Darwin’s theory gave this world the most indispensable fact. The fact that everything evolves, extinct, and everything is in a due process of change. And since we knew this fact, hunt and regard for the endangered, extinct and rare species started, which ultimately led us to a much-needed process of conservation.
But who would imagine that in the distant South Island of New Zealand, there lives a dog which is saving innumerable birds with his human sidekick, Corey Mosen! Corey is one of only a handful of kea conservationists in New Zealand.
This four-legged savior is named Ajax who is a highly-trained border collie and is helping his human companion Corey to locate an amazingly intelligent bird species, ‘Kea’. This makes him the world’s only Kea dog! (Dog who saves Kea). Ajax has an amazing sense of smell which has been trained and channelized by Corey to locate these exclusive mountain parrots in their earthen furrow nests. The duo climbs stiff peaks on helicopters, jump over streams, and travels on ropeway trekking down into the rocky alpine areas to find Kea. Ajax initially smells and spots the furrow followed by which Corey crawls into them to install cameras that watch over these bird’s nests. Moreover, if they find a grown Kea, they weigh, examine and record its health.
Over the years, the species has seemed to know and like Ajax, their rescuer, for they do not fear the canine at all and seem to act like a playmate at times! He is indeed an amazing dog and a true guardian of nature.
Kea is an elusive alpine parrot which is one of three parrot species which evolved in isolation over millions of years and are highly valued because of their brain power. Its intellect has been measured to be equivalent to a 4-year-old child! Smart indeed!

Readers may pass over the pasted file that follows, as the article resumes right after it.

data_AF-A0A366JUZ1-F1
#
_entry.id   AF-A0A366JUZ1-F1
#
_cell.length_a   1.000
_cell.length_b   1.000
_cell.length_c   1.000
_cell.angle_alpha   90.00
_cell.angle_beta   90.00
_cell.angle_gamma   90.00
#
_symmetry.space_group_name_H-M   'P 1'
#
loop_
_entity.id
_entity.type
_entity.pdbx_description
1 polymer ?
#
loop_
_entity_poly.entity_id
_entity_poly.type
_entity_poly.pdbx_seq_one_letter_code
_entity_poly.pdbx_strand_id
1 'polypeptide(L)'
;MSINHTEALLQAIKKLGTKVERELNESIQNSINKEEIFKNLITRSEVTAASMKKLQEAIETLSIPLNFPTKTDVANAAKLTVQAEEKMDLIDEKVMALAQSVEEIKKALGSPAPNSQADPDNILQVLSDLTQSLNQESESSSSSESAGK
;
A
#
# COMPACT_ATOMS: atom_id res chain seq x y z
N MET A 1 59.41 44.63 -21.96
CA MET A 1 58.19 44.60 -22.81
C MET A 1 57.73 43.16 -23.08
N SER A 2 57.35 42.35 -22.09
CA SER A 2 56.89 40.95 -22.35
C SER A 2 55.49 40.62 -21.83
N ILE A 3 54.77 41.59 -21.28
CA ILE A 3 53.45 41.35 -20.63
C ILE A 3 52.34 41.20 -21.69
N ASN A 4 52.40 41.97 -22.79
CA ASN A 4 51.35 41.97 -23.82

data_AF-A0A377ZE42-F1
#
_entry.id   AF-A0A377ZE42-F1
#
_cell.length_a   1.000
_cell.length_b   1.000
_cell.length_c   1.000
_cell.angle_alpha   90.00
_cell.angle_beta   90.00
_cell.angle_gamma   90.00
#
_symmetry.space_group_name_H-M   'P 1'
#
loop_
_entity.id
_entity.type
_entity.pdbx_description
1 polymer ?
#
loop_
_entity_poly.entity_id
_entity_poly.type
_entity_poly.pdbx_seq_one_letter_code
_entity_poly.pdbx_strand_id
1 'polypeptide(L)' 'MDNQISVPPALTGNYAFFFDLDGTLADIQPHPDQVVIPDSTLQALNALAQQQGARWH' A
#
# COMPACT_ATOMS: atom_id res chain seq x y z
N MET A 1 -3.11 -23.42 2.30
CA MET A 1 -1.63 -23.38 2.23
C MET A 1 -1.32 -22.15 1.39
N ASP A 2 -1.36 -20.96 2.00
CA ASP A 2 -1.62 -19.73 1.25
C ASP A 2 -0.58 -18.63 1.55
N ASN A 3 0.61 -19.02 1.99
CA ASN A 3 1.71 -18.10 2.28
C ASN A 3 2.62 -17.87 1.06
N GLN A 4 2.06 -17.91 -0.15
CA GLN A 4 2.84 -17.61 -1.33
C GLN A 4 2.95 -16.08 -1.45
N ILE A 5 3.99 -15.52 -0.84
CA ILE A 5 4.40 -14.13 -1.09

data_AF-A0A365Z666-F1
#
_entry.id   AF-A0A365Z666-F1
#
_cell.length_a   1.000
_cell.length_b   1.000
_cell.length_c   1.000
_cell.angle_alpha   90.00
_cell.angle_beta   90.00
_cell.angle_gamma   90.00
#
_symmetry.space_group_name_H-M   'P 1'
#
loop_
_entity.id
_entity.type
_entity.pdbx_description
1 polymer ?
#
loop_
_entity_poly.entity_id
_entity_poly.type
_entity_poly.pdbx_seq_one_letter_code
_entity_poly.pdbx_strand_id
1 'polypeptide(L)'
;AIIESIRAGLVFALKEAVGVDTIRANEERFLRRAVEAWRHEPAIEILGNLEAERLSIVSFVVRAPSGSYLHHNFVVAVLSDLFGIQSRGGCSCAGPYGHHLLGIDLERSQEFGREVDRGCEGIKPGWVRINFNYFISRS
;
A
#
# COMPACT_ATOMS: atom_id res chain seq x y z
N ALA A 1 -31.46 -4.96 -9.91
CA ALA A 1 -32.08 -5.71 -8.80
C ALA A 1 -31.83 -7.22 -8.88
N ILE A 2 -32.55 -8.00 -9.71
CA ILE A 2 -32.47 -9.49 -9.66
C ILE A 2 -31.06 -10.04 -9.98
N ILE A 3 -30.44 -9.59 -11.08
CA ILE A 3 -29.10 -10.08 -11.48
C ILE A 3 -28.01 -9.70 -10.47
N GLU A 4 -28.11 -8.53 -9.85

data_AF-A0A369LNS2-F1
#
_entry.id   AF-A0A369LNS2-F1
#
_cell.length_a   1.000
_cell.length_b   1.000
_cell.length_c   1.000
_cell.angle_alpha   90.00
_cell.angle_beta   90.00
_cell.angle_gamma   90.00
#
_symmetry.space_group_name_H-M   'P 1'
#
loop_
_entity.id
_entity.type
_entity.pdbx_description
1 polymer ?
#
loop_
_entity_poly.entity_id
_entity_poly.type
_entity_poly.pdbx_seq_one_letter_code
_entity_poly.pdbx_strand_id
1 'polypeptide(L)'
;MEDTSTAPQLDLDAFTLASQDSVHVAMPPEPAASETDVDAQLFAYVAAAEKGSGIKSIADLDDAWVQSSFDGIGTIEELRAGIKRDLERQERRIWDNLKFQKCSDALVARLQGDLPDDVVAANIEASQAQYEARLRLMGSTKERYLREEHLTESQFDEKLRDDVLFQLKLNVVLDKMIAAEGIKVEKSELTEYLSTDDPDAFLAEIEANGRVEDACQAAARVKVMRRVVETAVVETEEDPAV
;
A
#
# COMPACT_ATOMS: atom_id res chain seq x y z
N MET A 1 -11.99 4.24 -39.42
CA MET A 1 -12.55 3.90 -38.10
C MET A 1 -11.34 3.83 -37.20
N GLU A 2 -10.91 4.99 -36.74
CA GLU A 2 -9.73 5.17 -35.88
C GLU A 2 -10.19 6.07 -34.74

Talking about Kea’s conflict with humans, leading to its endangerment, these birds strike on high country sheep and actively interact with people and their property, at times damaging them, and this ‘neophilia’ – love of new things, has brought people into conflict with Kea to an extent which is unprecedented with another endemic avian species.
In late 1860’s, high country sheep farmers a legal government bounty was initiated in the late 1860’s which resulted in an estimated 150,000 kea killed up until the early 1970’s. Fewer than 5,000 individuals remain across an area of 3.5 million hectares and they are now listed as Nationally Threatened (NZ Threat Classification List) and Vulnerable, population decreasing under the IUCN Red List. Although Kea is now fully protected under the Wildlife Act, their investigative behavior often results in the destruction of human property and as a result, they are considered a nuisance in areas where they cross over with people. As such kea deaths due to direct human persecution are recorded each year.
As a result, the bird is now listed as Nationally Threatened (nationally endangered) under the New Zealand Threat Classification System (Robertson et al, 2012) and vulnerable, population trend decreasing by the IUCN Red List (Birdlife International, 2013).
image & video: source
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